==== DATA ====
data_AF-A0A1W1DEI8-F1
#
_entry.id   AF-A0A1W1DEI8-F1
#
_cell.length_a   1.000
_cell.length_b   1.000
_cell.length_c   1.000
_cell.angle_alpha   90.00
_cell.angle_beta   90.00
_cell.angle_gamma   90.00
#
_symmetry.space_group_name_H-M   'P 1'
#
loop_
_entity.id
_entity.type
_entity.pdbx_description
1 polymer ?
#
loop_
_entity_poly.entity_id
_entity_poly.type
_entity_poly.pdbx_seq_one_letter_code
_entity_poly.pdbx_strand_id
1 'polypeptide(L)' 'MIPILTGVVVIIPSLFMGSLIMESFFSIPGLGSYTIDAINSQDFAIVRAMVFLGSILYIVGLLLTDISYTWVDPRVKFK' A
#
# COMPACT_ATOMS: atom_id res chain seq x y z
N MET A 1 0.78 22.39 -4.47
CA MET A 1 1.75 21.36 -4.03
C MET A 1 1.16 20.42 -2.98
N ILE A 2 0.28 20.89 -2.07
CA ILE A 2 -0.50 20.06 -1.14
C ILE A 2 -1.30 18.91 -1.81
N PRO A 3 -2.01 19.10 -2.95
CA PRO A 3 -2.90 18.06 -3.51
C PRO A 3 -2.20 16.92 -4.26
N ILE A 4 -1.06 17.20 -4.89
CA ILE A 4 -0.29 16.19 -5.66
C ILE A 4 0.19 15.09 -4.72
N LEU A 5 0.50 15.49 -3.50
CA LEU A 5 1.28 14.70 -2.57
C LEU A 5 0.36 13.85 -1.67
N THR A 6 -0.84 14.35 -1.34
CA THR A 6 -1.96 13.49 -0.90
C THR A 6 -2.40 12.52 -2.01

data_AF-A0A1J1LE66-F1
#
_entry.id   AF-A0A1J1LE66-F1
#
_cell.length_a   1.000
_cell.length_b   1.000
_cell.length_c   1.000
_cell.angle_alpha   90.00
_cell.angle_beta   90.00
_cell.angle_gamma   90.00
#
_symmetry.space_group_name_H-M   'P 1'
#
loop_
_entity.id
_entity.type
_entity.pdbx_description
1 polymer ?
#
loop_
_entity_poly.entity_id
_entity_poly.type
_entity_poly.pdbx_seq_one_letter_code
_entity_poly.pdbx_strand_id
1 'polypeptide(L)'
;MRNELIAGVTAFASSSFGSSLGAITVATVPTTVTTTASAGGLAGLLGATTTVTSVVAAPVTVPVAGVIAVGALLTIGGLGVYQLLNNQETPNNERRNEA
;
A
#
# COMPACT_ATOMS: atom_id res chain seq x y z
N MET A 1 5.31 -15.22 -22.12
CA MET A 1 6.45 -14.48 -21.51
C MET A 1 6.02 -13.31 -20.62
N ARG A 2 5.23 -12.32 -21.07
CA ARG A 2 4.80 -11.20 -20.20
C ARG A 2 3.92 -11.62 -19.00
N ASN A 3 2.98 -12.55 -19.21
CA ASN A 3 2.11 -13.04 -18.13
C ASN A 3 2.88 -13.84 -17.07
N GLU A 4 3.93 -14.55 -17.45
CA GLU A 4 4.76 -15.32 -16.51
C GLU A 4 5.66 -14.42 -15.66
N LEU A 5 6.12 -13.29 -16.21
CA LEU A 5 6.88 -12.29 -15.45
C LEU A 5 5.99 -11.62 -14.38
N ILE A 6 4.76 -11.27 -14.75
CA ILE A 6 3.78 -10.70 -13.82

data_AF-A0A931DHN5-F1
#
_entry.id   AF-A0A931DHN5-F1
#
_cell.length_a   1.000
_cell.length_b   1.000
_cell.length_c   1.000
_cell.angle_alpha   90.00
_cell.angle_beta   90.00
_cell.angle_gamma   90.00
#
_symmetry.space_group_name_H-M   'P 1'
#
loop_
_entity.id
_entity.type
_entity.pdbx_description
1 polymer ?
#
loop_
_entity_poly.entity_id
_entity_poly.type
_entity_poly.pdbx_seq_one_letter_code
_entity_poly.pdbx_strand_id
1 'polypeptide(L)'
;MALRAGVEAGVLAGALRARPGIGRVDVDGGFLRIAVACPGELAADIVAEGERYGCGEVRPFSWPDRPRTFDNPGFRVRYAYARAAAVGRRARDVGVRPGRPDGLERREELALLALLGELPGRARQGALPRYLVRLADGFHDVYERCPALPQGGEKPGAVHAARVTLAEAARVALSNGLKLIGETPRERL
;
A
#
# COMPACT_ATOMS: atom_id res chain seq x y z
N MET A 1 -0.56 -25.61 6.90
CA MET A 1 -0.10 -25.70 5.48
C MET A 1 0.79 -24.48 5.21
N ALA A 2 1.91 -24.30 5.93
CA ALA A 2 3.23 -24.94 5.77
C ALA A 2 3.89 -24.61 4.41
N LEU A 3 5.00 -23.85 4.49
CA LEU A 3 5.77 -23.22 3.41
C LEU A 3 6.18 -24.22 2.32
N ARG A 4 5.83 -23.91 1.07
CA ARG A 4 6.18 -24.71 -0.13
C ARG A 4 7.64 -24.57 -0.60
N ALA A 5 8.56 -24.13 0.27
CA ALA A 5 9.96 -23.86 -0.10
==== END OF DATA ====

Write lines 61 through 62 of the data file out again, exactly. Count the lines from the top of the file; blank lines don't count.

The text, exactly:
_entity.type
_entity.pdbx_description